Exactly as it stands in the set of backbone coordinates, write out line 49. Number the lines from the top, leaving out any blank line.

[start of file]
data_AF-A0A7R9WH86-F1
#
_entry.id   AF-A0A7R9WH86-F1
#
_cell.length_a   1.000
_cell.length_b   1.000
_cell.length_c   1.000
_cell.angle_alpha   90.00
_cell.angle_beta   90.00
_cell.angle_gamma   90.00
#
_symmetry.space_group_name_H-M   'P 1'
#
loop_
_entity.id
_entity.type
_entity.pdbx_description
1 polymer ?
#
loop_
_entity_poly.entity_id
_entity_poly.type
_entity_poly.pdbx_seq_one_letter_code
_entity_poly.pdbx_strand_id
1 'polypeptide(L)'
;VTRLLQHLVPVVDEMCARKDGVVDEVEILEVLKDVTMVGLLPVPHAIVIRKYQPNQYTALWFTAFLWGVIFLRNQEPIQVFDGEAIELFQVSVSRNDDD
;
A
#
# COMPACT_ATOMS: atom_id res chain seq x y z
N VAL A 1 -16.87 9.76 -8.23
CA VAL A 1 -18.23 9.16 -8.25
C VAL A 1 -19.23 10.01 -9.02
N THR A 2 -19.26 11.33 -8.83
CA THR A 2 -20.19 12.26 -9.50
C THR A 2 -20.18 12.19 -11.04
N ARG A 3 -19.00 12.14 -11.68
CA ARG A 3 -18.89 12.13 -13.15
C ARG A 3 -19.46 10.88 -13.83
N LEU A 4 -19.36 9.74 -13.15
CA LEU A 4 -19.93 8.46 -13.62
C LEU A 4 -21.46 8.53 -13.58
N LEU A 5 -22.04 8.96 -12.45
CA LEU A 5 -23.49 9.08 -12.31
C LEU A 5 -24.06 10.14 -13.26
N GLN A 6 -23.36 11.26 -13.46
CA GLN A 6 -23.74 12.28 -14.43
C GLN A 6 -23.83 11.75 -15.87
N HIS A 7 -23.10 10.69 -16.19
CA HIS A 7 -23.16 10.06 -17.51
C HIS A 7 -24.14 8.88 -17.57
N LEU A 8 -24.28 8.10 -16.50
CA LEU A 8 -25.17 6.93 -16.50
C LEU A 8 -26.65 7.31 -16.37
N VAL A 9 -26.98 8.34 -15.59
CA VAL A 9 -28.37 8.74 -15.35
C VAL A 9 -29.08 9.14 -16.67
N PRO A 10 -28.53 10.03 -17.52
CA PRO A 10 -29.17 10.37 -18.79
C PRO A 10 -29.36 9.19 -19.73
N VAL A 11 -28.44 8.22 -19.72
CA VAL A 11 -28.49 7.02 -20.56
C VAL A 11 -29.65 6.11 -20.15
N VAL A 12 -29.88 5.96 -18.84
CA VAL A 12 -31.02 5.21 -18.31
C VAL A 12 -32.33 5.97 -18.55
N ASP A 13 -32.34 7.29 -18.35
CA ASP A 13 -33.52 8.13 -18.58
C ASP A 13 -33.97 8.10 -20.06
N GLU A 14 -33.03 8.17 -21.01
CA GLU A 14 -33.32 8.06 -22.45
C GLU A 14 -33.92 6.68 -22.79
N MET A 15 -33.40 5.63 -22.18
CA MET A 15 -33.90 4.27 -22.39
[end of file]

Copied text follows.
N HIS A 7 -23.10 10.69 -16.19